If you're one of the many consumers who now get their tv shows and movies through DVD home delivery rental services or digital distribution, then you have likely heard about and had to consider the new policies concerning Netflix's service.
In the middle of July Netflix announced a new pricing plan that would raise the cost for customers who wished to have both streaming and dvd rental plans. Now, instead of the $9.99 monthly fee for unlimited streaming and one DVD at a time, customers would now have to purchase two plans: the one DVD at a time plan for $7.99 and an additional $7.99 for unlimited streaming plan. According to CNN, the reaction to this decision has been swift and largely negative, with many customers taking to the company's blog announcement of the price hike to voice their discontent. A number of customers commented on their intention to move to Netflix's competitors, such as Amazon for streaming or Redbox for dvd rentals, as a result of the changes.
Wired.com reports that Netflix may have changed its plans too soon, as the company did not seem to anticipate the numbers of customers who would drop their plans altogether, rather than moving to Netflix's streaming only service, leading to a nearly 1 million drop in subscribers. As a result Netflix has had to revise their quarterly estimates. Stockholders responded with a 13% drop in Netflix's stock. According to Wired.com this may be the result of Netflix jumping the gun, before it commanded a majority of the streaming market and before DVDs have become a relic of the past.
Customers have also stated that the size of Netflix's streaming library does not warrant the increased prices. According to CNN, just prior to its new pricing announcement, Netflix lost its licensing contract with Sony, which pulled all of its films from the Netflix catalogue. While Netflix currently boasts the largest streaming catalogue, its even larger dvd rental catalogue reminds customers of what the streaming plan lacks, and with new competitors into the streaming market Netflix may need to watch its back.
Netflix's reaction to the backlash has also been heavily criticized. Recently Netflix announced that it would be splitting the company in half, keeping the Netflix moniker for its internet streaming service while its dvd service would now be called Qwikster. Criticism has been mounted that the separation of the service into two websites would further alienate customers who intended to keep both steaming and dvd rental services. Combined with some poking fun at the interesting choice of Qwikster's name, to the discovery that Qwikster's twitter handle had already been taken, things may be looking a bit bleak for Netflix.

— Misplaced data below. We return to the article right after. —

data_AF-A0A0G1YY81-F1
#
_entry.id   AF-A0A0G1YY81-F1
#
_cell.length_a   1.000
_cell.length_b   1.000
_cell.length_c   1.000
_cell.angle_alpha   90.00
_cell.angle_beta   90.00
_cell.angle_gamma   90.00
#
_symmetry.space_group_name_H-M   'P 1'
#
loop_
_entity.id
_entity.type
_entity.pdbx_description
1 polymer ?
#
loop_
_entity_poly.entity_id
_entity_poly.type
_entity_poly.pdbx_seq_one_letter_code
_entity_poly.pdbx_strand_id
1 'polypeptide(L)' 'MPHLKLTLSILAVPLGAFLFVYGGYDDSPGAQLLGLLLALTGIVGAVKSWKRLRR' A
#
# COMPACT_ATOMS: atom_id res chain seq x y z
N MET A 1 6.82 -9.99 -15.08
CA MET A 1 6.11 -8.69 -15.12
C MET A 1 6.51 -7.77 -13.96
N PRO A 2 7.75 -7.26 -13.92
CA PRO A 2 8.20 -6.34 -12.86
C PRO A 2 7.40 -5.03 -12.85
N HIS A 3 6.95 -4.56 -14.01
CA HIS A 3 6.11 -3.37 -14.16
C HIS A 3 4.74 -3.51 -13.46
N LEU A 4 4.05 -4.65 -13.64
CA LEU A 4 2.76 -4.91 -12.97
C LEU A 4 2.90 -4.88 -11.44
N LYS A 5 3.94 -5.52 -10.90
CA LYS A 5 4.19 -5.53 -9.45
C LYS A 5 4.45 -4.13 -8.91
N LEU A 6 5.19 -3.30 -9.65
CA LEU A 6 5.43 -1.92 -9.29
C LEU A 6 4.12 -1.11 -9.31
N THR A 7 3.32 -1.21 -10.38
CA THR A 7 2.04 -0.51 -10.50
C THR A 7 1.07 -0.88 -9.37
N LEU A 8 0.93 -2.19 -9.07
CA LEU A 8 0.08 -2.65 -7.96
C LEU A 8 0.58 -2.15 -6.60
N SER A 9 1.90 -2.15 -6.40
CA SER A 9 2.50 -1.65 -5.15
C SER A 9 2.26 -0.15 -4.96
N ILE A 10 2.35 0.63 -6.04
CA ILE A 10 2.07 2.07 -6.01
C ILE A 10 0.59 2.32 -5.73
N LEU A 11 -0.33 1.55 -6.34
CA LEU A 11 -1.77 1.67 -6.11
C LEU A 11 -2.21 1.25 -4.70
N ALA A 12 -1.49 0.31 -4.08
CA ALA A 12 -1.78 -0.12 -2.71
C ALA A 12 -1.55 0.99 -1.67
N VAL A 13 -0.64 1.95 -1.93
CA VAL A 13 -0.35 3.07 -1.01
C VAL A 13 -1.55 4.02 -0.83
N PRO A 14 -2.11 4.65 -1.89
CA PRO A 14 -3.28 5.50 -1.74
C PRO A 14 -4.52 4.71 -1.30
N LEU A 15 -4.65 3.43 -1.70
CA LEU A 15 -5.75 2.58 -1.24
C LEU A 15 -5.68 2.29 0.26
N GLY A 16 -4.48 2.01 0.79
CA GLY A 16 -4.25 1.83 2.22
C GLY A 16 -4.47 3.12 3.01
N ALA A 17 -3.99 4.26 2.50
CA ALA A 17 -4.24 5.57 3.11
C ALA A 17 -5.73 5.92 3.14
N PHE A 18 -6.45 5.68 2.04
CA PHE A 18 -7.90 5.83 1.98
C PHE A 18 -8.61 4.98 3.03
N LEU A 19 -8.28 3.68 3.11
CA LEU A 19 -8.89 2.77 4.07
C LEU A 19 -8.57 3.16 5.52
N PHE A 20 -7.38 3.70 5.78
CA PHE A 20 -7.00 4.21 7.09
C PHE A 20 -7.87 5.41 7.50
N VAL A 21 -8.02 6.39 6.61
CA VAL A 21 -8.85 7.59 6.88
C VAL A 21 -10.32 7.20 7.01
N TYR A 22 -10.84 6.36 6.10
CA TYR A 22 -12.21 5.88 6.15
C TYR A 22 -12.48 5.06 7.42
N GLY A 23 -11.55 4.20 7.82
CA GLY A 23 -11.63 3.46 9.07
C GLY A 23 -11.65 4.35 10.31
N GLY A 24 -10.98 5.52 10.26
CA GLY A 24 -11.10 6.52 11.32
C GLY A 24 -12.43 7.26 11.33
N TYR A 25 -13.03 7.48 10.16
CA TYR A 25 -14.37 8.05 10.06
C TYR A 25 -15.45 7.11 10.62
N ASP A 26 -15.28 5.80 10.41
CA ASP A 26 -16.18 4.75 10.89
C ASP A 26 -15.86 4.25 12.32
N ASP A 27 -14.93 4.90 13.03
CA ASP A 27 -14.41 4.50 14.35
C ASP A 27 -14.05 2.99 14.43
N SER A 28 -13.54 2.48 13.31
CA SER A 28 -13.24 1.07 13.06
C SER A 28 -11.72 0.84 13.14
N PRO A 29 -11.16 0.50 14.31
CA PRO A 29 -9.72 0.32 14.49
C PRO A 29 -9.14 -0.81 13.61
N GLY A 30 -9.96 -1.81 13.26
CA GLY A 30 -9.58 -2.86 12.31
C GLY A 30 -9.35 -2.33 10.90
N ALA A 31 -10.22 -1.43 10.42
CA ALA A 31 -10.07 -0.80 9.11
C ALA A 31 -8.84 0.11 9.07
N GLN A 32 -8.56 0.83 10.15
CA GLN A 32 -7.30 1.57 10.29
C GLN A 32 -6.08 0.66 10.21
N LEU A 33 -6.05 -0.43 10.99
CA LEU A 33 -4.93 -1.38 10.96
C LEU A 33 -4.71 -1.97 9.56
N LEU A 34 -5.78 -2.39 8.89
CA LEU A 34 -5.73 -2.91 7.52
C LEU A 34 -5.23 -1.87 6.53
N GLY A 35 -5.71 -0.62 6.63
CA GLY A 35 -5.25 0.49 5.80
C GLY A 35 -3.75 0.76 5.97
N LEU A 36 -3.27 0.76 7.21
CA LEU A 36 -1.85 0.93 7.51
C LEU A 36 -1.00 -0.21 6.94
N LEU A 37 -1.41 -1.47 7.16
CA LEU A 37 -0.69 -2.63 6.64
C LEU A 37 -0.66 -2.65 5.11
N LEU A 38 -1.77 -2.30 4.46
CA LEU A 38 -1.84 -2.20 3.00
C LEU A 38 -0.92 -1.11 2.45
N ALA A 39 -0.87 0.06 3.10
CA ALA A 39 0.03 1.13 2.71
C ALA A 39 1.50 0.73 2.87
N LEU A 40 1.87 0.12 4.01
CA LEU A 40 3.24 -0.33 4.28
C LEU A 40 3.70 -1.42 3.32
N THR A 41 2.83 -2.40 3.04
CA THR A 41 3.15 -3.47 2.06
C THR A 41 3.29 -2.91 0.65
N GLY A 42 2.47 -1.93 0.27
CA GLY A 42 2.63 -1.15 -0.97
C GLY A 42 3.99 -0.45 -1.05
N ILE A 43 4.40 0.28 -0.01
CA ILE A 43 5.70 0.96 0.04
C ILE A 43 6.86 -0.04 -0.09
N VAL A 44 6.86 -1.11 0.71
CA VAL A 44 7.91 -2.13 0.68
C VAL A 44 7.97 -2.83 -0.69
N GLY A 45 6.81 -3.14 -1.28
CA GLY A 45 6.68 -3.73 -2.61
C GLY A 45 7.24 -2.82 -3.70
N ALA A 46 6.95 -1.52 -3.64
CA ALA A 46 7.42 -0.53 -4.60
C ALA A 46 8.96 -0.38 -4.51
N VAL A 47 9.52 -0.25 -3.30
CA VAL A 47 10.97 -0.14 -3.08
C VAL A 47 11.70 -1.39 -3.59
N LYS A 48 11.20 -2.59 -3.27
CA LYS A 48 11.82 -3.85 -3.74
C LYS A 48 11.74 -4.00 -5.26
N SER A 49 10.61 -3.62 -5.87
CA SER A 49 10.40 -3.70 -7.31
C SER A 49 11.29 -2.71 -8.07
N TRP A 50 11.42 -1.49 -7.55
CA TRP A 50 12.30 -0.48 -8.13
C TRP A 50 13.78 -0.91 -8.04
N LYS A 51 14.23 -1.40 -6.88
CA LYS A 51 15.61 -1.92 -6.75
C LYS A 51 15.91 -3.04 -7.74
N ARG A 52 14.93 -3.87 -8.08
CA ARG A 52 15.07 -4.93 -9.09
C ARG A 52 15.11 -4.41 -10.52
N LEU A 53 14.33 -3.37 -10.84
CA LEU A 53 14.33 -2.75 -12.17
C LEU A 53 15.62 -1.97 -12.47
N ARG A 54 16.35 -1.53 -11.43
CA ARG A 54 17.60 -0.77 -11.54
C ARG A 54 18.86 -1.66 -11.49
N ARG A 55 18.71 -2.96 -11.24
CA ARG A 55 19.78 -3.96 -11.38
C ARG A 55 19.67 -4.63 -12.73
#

So what does this mean for other media companies as they try to reconcile their original models with a new digital and instant gratification reality? Mathew Ingram at GigaOM offers some insight into what news publishers may learn from Netflix. Like Netflix, new publishers are also trying to manage two branches, offline distribution vs. online distribution. The rational behind Netflix's move comes from an attempt to cut costs and infrastructure by emphasizing online distribution. The way that newspapers and Netflix differ, however, is that while Netflix relies solely on subscribers for revenue, a majority of the revenue for newspapers still comes from advertisers. While there has been a steady increase in the cost of paper subscriptions, Ingram asserts that the only way papers can make the final jump to the web is if advertisers decide to start paying more for online advertising. In a follow-up article Ingram returns to the idea of advertising as a reason why newspapers have not been so quick to make the jump as Netflix has. As a result, news publishers continue to be hesitant to completely halt their print services, settling for paywalls which Ingram states, "are mostly intended to function like a line of sandbags, keeping existing print subscribers from deserting that business for the free web." He says that news publishers can either wait for print media to die a slow death or take the plunge that Netflix has and risk some customer backlash. Either way, they will eventually have to make the transition.
Netflix likely had the right idea to push the streaming option over its dvd rental service. In time streaming may very likely become dominant, rendering dvd rentals virtually nonexistent. However, it is evident that that time has not yet come and Netflix may have been a bit hasty to harold in the new era. The question now will be if this decision will hurt Netflix in the long run as its competitors continue to catch up, or if the preemptive decision will give them an edge when dvd rental finally falls to the wayside. It will certainly be interesting to watch, especially for other companies trying to create new models for online content distribution.